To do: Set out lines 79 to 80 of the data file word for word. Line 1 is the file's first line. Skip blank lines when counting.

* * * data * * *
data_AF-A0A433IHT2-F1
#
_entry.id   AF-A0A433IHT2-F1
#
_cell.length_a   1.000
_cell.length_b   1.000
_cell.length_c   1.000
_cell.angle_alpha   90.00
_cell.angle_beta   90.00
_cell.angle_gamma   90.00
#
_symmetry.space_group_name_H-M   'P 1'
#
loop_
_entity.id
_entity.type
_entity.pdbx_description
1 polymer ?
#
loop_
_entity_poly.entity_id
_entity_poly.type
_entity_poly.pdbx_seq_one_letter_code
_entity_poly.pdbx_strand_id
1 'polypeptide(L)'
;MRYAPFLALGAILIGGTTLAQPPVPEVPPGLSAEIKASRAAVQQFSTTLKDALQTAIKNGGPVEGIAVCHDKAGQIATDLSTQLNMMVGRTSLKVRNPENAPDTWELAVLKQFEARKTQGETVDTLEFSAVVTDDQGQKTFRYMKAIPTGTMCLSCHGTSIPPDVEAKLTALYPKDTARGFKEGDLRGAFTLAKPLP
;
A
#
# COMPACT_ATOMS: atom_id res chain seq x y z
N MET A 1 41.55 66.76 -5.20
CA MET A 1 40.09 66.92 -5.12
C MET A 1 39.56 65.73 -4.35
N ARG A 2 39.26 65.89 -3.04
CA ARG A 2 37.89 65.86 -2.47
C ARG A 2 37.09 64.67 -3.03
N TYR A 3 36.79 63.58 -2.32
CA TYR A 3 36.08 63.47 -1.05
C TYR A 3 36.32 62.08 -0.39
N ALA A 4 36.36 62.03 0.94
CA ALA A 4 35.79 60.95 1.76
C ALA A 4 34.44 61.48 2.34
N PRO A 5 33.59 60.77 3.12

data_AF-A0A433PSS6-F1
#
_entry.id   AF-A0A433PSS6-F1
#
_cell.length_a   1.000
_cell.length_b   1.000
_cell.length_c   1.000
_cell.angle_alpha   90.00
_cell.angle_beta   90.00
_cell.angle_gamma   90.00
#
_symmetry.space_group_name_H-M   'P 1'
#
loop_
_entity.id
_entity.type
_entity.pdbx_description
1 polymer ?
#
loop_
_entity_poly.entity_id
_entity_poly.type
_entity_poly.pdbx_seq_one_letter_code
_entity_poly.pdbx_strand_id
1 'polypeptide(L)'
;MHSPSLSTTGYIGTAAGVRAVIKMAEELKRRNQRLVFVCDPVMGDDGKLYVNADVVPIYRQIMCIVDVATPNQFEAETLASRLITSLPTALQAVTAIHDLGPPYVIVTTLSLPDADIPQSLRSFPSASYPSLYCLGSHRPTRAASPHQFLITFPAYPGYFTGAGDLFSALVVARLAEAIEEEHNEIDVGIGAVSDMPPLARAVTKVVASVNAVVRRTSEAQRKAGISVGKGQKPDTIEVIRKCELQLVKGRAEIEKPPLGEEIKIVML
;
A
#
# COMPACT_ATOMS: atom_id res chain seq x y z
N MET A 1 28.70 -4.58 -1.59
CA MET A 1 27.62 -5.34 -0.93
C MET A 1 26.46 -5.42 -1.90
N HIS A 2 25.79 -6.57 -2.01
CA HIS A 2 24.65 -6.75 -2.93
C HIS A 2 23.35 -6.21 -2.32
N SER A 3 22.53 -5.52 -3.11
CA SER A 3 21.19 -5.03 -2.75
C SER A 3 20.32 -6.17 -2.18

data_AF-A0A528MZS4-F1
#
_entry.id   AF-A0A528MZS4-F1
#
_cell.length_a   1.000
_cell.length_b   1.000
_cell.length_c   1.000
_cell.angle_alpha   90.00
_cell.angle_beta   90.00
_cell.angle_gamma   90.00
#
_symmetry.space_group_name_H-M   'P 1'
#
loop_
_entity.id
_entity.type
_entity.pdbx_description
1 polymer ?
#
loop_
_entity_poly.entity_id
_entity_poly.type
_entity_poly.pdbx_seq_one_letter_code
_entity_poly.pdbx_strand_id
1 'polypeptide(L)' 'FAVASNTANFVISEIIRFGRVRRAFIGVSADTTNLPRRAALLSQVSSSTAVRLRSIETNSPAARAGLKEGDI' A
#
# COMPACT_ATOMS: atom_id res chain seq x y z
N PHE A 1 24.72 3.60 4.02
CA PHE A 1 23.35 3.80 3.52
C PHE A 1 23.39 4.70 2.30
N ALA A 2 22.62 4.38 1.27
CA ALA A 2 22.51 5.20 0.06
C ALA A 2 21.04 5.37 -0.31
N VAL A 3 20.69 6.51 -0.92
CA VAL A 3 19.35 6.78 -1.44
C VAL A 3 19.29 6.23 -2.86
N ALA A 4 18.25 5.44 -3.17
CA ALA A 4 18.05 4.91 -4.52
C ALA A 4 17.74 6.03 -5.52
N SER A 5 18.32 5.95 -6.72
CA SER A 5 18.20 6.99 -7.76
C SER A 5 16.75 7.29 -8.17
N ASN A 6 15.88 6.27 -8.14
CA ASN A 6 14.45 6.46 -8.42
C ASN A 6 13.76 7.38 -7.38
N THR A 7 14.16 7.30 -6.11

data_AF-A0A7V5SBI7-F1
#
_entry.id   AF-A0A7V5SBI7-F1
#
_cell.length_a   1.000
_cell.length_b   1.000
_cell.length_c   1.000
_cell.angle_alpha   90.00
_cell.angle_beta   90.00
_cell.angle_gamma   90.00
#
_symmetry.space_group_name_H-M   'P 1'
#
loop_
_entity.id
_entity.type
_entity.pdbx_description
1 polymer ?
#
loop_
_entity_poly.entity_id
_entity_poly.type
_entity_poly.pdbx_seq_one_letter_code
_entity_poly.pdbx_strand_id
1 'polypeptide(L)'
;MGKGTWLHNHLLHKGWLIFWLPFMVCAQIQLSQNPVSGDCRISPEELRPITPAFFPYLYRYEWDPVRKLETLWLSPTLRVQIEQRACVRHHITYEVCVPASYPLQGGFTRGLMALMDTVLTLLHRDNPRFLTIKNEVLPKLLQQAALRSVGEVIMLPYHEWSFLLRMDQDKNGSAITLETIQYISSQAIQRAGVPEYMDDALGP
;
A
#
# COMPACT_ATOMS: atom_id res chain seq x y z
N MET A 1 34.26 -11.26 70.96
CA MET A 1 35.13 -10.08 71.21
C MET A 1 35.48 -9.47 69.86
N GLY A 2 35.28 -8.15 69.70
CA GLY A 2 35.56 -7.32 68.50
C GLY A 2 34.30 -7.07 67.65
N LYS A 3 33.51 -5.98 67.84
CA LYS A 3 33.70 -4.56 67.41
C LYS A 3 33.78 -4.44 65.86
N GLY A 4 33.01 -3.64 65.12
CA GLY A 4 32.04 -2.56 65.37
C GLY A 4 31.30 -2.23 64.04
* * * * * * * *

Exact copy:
C HIS A 2 23.35 -6.21 -2.32
N SER A 3 22.53 -5.52 -3.11